It is estimated that over the five years, 3.2 million people will start the Work Programme, with 1.5 million on the Programme at its peak.
Recent Developments (February and March 2012)
- 16 March: The Labour Party pledged that it would offer six months of work to 100,000 18 to 24 year olds who had been out of work for a year, by using £600 miliion raised from a bankers' bonus tax. This policy is called the 'Jobs Guarantee'. Read more here.
- 15 March: Launch day of the Merlin Standard Assessment and Accreditation Service. The Merlin Standard is intended to promote sustainable and positive partnerships between supply chains and primes. Read more here.
- 6 March: It was anoounced that prisoners leaving jail who then claim Jobseeker's Allowance are to join the Work Programme immediately upon release. Read more here.
- 22 February: The fraud enquiry at A4e was revealed which has created huge public outrage directed at the Work Programme. Read more here.
- 21 February: The Department for Work and Pensions released the first official statistics on the Work Programme. See the Department for Work and Pensions statistics or read Inclusion's analysis on the released statistics.
The Centre for Economic and Social Inclusion response
Inclusion’s responses to the Work Programme focused upon:
- Quality of services offered
- Whether the most disadvantaged receive adequate support
- Whether it can respond to needs of specific localities
- The role of the voluntary sector in sub-contracted services
More recently, Inclusion has argued that downgrades to growth forecasts since the Work Programme was launched will make it harder for providers to hit their targets – estimating that the new growth forecasts will lead to around 8% fewer job entries at the minimum performance levels.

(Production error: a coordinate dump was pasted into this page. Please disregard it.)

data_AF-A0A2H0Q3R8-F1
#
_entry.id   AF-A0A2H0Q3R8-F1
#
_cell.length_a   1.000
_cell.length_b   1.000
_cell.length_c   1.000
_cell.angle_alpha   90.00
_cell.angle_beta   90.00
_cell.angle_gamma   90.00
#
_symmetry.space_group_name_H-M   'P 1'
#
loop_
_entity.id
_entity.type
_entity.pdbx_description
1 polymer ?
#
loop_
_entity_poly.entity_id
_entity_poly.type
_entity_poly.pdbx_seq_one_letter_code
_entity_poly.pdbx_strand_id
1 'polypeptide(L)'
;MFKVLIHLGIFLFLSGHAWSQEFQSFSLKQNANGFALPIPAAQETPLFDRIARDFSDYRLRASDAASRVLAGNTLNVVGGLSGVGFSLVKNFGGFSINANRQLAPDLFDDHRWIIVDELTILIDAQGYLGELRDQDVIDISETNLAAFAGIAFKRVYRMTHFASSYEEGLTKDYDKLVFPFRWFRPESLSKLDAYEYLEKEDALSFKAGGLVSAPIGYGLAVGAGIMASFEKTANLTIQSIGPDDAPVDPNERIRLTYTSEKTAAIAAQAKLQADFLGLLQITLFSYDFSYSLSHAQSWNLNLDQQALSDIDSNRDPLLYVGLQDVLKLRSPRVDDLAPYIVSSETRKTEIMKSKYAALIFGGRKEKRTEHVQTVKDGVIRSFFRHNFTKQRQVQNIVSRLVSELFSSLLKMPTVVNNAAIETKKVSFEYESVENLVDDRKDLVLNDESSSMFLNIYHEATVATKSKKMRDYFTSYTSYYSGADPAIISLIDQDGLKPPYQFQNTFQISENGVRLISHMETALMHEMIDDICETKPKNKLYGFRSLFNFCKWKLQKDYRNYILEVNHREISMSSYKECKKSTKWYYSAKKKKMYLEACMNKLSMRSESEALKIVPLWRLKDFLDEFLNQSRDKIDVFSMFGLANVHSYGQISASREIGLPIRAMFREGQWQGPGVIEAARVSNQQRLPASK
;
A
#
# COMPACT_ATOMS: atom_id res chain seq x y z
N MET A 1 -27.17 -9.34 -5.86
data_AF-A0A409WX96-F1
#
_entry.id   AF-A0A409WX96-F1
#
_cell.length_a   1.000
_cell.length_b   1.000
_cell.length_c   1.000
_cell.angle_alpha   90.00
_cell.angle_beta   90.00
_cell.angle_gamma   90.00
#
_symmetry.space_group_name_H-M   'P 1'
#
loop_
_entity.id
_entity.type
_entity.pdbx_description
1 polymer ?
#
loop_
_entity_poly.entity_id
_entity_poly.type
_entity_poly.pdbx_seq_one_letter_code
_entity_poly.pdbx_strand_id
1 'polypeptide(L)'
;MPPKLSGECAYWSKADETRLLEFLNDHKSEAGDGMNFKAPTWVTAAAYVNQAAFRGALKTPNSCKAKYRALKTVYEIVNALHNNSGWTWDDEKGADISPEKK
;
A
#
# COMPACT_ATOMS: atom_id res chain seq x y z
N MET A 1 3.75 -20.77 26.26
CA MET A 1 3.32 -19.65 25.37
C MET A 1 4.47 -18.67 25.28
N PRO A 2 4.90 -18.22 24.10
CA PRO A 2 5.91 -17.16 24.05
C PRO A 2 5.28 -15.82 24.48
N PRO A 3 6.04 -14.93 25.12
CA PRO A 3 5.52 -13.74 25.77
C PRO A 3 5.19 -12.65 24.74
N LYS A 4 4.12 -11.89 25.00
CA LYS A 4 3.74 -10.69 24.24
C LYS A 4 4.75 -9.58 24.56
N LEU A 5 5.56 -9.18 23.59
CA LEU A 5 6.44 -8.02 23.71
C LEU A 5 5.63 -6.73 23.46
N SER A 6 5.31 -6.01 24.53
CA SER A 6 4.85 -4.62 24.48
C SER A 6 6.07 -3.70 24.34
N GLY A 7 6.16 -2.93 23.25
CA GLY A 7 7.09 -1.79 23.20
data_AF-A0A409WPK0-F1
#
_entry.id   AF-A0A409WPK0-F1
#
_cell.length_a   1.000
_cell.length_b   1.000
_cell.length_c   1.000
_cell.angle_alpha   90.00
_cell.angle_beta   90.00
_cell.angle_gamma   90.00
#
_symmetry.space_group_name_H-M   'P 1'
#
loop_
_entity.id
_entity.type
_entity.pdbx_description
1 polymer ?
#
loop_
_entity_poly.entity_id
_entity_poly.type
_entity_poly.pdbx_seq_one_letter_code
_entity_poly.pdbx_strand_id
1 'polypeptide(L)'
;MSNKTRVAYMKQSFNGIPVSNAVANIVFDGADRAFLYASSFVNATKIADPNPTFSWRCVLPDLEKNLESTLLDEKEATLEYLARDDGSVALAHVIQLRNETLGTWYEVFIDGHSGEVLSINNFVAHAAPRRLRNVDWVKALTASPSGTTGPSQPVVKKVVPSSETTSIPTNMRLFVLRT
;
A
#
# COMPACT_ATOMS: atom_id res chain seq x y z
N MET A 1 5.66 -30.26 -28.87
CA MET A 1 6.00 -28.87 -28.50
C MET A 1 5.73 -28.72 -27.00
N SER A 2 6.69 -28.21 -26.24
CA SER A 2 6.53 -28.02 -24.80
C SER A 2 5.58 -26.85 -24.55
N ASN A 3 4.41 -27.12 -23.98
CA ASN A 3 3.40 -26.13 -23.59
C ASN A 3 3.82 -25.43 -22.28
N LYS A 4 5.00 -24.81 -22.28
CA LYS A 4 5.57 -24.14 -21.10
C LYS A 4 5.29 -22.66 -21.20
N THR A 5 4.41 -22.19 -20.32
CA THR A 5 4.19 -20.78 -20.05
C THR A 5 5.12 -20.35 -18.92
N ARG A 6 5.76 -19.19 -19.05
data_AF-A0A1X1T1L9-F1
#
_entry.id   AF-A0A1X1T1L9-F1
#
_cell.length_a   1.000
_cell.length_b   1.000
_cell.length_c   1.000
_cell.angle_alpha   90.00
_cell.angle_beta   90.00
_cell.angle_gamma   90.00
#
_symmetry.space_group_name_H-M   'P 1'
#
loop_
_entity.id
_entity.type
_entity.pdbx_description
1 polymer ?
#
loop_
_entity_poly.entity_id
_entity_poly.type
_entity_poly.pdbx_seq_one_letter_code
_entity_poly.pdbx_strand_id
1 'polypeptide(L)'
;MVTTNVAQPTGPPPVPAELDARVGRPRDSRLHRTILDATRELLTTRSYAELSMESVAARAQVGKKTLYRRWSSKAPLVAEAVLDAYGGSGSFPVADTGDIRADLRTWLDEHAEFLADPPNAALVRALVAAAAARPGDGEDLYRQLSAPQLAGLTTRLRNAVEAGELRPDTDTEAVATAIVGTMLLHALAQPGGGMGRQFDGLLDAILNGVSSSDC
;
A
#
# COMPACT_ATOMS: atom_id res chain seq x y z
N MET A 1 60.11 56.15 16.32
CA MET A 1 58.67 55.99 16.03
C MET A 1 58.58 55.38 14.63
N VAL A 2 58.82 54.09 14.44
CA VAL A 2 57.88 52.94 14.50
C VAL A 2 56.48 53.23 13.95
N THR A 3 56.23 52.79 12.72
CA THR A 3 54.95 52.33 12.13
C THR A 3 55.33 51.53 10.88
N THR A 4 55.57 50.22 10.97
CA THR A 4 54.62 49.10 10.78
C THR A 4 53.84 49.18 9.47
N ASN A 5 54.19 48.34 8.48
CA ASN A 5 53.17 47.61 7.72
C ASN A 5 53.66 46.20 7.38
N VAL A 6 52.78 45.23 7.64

Association of Chief Executives of Voluntary Organisations (ACEVO)
ACEVO have argued third sector involvement in the Work Programme is vital to reduce unemployment. A Third Sector Work Programme Survey from late August/ early September found that only 8% of third sector organisations felt the Work Programme would meet targets. Also, ACEVO found that only 38% of sub-contractors surveyed had signed contracts for their provision.
The Guardian: Patrick Butler
Patrick Butler, editor of society, health and education policy for The Guardian, has argued that under the Work Programme some claimants may not be receiving the support that they need. This is because few primes in practice appeared to be calling on specialist voluntary sector organisations that have in the past delivered results. In addition, Butler has reported that Work Programme providers are referring claimants to volunteer centres without paying the centres for the support that they provide.
Social Market Foundation
The SMF’s ‘Vicious Cycles’ publication from 2009 arguably helped to influence the design of the Work Programme. SMF however, has been concerned that the Programme may be under-funded, and that the minimum performance expectations are too high, being based upon highest targets that were ever achieved under the Flexible New Deal programme.